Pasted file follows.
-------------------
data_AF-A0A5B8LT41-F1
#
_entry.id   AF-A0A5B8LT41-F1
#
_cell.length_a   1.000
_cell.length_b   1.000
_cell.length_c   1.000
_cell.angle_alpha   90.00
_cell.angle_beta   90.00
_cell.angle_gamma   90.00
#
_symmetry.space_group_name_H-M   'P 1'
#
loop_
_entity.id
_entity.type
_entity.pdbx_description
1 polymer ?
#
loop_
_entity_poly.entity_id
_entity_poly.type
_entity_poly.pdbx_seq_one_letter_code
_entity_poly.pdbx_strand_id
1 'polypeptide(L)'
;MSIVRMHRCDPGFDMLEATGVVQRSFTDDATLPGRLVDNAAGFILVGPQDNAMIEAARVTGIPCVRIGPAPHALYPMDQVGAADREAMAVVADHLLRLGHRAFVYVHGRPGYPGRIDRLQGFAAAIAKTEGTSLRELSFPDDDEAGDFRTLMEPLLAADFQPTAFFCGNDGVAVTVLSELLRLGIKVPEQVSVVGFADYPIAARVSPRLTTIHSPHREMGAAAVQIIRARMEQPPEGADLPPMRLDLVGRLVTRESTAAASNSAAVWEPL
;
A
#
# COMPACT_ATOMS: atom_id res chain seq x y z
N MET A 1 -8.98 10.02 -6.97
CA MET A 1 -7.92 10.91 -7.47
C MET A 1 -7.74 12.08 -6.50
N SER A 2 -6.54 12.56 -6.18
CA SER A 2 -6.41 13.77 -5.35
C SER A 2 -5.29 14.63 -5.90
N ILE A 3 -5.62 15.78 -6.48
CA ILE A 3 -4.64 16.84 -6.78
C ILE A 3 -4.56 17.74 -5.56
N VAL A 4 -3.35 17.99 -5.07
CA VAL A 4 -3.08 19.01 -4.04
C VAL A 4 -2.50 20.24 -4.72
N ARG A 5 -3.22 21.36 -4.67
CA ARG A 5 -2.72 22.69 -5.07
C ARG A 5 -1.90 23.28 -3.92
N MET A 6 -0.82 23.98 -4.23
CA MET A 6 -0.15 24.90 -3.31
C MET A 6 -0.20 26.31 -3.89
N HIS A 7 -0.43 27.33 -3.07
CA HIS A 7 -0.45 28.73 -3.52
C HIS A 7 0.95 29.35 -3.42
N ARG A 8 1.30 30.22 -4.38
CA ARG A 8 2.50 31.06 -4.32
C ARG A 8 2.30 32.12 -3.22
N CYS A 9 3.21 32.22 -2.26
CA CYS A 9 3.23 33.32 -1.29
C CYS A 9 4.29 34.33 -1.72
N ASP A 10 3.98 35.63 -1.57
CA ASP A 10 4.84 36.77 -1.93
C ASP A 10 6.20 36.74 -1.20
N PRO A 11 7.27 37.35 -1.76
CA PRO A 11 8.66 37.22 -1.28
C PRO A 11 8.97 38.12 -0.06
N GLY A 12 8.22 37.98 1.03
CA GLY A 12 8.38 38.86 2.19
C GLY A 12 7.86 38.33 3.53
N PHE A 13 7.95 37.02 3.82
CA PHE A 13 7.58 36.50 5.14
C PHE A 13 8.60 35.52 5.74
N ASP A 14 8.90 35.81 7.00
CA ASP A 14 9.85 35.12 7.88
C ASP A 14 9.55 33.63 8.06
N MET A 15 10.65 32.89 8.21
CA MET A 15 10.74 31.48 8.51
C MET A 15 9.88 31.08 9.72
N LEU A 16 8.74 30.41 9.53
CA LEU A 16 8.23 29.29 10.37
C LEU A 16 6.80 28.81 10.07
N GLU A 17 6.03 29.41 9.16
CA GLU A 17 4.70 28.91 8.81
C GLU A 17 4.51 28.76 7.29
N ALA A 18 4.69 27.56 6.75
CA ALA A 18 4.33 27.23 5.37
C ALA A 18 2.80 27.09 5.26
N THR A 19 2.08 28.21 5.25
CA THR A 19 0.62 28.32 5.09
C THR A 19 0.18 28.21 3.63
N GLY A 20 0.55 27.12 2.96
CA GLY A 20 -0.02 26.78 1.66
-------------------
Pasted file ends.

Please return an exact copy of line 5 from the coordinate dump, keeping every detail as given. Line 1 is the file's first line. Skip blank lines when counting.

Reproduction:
_cell.length_a   1.000